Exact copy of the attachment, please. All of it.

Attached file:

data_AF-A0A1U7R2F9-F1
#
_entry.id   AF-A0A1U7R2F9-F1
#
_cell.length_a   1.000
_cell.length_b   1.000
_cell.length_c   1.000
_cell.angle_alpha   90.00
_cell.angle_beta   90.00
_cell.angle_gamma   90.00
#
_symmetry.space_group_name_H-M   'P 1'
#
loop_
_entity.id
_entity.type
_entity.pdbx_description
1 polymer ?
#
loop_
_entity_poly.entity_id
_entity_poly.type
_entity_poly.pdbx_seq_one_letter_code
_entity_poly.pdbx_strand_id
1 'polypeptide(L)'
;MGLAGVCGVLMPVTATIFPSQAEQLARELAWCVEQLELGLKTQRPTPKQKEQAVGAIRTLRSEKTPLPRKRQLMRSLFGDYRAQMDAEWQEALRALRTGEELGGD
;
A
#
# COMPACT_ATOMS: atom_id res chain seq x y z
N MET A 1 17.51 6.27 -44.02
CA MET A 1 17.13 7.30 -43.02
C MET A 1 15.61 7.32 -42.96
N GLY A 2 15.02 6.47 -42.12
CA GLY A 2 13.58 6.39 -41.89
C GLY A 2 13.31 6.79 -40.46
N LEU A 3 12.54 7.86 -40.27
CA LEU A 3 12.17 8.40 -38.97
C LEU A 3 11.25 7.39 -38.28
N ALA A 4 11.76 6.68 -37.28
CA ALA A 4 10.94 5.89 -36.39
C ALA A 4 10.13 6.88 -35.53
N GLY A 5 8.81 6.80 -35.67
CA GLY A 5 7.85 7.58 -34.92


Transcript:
data_AF-A0A1U7R2F9-F1
#
_entry.id   AF-A0A1U7R2F9-F1
#
_cell.length_a   1.000
_cell.length_b   1.000
_cell.length_c   1.000
_cell.angle_alpha   90.00
_cell.angle_beta   90.00
_cell.angle_gamma   90.00
#
_symmetry.space_group_name_H-M   'P 1'
#
loop_
_entity.id
_entity.type
_entity.pdbx_description
1 polymer ?
#
loop_
_entity_poly.entity_id
_entity_poly.type
_entity_poly.pdbx_seq_one_letter_code
_entity_poly.pdbx_strand_id
1 'polypeptide(L)'
;MGLAGVCGVLMPVTATIFPSQAEQLARELAWCVEQLELGLKTQRPTPKQKEQAVGAIRTLRSEKTPLPRKRQLMRSLFGDYRAQMDAEWQEALRALRTGEELGGD
;
A
#
# COMPACT_ATOMS: atom_id res chain seq x y z
N MET A 1 17.51 6.27 -44.02
CA MET A 1 17.13 7.30 -43.02
C MET A 1 15.61 7.32 -42.96
N GLY A 2 15.02 6.47 -42.12
CA GLY A 2 13.58 6.39 -41.89
C GLY A 2 13.31 6.79 -40.46
N LEU A 3 12.54 7.86 -40.27
CA LEU A 3 12.17 8.40 -38.97
C LEU A 3 11.25 7.39 -38.28
N ALA A 4 11.76 6.68 -37.28
CA ALA A 4 10.94 5.89 -36.39
C ALA A 4 10.13 6.88 -35.53
N GLY A 5 8.81 6.80 -35.67
CA GLY A 5 7.85 7.58 -34.92